Currently, we have students starting high school who do not even have reading skills at a high school level. Imagine trying to absorb material if you can't even read it. This was/is a fact. We used to have basics courses (surely evidence of failure of previous years' methods of instruction) but at least the kids had a chance to learn skills they should already have.

Now the only option is individual classification.

Starting with preschool, children should be taught the skills they need before moving on. Smaller groups, individualized teaching within classrooms is attainable.

It was done before the popular social promotion was incorporated. And it's certainly not as if previous generations didn't have the same issues facing them that ours does---things are not tougher now, issues are more recognized (but they've always existed) which SHOULD give us more power in addressing and solving to educate our children. Addressed early on, each year, not passed along.

SW

Anonymous said...

FR Parent:

You VERY clearly have no idea regarding the population of students in the two alternative high school programs, or what the $100K will provide to bring the SAC building to a place where both programs can be housed in an appropriate.

I really wish people who make comments here did some research before making comments driven by mis-placed outrage.

LarryK4 said...

Yes Rick, and Spock also said: "The needs of the many outweigh the needs of the few."

Anonymous said...

If some of the students that attend East Street alternative school are suspended as stated in the Gazette today, Saturday, why are they attending school in Amherst, publicly funded?

Suspension used to mean "suspended from the PRIVILEGE of attending school".

Anonymous said...

I would imagine the kids have interal suspension, which means that the student continues to go to school but they are segregated from their classmates.

Anonymous said...

So we pay for an additional facility to provide "internal" suspension...which means paying for staff as well.

I'm glad we have that extra money.

Anonymous said...

Maybe we should be expelling kids instead of offering them "internal suspension" for 45 days a time that requires extra expense? Since when is every action or poor decision by a teenager tolerated by public schools (unless of course it hits the newspapers like in South Hadley). I'm sure that what some of these "suspended" kids did qualifies as bullying. We're not waiting for something as drastic as what happened in South Hadley before our schools take firmer action, or are we?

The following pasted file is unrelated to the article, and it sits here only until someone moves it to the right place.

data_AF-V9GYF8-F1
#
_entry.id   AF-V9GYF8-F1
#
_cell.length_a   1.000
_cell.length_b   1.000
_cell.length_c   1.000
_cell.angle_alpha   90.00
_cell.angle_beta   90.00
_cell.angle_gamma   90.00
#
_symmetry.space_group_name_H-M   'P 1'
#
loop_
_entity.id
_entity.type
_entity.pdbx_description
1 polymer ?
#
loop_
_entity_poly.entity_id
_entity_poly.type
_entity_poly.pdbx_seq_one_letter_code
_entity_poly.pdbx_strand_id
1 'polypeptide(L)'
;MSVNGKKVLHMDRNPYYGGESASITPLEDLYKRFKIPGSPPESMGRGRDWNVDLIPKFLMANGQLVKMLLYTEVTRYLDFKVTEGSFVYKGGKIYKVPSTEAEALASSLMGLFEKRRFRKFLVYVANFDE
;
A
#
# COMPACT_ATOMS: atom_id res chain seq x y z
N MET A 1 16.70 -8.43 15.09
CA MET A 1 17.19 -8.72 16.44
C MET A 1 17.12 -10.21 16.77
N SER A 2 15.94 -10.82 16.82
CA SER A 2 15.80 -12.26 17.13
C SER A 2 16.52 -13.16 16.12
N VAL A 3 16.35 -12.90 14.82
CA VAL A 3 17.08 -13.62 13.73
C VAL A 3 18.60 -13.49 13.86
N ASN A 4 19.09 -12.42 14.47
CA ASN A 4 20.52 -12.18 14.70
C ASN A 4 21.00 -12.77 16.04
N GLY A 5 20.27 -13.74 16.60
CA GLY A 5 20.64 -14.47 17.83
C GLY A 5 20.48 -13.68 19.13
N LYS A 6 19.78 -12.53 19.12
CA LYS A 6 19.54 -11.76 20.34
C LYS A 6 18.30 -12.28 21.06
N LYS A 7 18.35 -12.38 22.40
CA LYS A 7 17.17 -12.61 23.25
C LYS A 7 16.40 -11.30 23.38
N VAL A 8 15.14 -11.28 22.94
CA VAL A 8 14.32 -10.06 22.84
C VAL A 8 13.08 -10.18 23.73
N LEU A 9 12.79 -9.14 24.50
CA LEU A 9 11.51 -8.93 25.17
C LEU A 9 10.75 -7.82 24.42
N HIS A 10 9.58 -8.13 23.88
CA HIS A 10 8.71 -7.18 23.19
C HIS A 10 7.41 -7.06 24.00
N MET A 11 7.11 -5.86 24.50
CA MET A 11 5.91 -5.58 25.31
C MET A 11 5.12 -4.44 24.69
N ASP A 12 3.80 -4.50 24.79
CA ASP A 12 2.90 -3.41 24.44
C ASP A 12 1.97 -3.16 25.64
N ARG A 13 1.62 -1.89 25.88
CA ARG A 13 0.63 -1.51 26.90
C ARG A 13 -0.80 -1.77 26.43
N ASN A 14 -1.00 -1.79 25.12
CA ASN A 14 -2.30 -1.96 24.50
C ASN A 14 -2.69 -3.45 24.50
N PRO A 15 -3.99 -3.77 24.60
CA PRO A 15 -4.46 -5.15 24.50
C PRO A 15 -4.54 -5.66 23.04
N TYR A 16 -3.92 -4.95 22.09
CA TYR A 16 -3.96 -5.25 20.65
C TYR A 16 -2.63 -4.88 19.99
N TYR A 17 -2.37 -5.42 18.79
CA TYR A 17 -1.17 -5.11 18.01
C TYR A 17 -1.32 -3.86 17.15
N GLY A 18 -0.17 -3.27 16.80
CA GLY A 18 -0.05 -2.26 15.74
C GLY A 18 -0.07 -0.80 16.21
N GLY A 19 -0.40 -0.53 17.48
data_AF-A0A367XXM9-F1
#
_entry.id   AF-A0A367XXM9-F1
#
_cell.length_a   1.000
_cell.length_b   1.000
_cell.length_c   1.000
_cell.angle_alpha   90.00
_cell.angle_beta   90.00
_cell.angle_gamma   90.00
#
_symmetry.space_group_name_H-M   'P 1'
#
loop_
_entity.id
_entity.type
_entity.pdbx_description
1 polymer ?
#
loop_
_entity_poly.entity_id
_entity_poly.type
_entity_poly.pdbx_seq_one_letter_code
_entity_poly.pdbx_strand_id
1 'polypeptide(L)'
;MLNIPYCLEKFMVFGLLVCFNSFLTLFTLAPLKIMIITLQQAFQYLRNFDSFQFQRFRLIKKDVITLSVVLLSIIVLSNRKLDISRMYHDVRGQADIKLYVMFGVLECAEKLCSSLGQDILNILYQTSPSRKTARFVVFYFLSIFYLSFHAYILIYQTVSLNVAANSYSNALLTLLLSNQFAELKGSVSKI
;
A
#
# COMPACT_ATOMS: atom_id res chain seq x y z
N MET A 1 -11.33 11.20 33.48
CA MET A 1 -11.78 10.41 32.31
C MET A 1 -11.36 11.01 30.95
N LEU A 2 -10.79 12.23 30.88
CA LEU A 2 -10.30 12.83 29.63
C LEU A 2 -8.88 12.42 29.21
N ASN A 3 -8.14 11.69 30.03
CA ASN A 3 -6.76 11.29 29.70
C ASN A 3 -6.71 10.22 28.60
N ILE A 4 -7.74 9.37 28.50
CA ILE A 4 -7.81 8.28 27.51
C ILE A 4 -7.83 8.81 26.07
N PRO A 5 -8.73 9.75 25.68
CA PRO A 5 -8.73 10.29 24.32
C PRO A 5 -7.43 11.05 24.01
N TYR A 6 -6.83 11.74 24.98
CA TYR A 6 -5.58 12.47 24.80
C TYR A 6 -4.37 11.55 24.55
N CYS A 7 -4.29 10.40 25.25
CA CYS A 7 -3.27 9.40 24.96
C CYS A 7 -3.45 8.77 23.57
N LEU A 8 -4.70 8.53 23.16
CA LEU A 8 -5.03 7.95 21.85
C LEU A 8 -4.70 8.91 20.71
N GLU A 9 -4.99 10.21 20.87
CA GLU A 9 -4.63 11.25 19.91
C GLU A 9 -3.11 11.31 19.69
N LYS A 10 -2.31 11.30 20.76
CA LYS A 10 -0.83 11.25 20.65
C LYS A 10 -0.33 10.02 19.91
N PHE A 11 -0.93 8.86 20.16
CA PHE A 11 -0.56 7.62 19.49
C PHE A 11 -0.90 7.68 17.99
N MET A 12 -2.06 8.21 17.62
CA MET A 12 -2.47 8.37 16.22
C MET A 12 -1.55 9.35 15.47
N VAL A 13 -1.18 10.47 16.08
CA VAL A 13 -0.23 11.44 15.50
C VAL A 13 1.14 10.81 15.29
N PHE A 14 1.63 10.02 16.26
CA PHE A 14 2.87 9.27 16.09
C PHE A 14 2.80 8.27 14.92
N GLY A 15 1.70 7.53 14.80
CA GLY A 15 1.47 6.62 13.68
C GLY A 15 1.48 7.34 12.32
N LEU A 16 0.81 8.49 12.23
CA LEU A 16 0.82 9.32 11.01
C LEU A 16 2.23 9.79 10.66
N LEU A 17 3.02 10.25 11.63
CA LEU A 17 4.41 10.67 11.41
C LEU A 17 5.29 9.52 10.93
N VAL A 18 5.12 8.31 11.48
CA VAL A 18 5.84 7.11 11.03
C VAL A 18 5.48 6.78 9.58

Anonymous said...

Anon 9:25: You clearly don't know what you are talking about.

Anonymous said...

Anonymous 11:11 How rude--if you have knowledge or can present a different viewpoint, please do so.

I do know that it's a tactic to shut down the "non-educators" when we want answers to questions by assuming we're ignorant of the issues surrounding the alternative schools/students/IEP's

But quite simply you cannot expect discourse to just cease because you claim the respondent is "ignorant"

WHY is a suspension NOT a suspension? The very selfsame folks in the schools who want the parents to solve problems that happen at school, then come up with :
detentions that are often only 10 mins--detentions where kids who didn't turn in homework and get detention, just sit, do no work and then get released.

"internal" Suspensions that mean you sit in a classroom with others of your ilk but with no instruction.


Do we still have a whole classroom at the high school still devoted to this (internal suspension) ? A few years ago, it was status for the problem causers to see how many times they could get sent to the room and sign in.

And if we do, then we also have internal suspensions--long term--- at the alternative campuses?

Anonymous said...

I know that in the past, when kids especially in the middle school, have gotten suspended, the parents raised holy hell, because they couldn't take the time off work to babysit the kid at home. So in the end, the school ended up babysitting the kid at school. It's ridiculous. Maybe if the parents took time off work and dealt with their own problem child, they would realize how disruptive these kids are to the classrooms.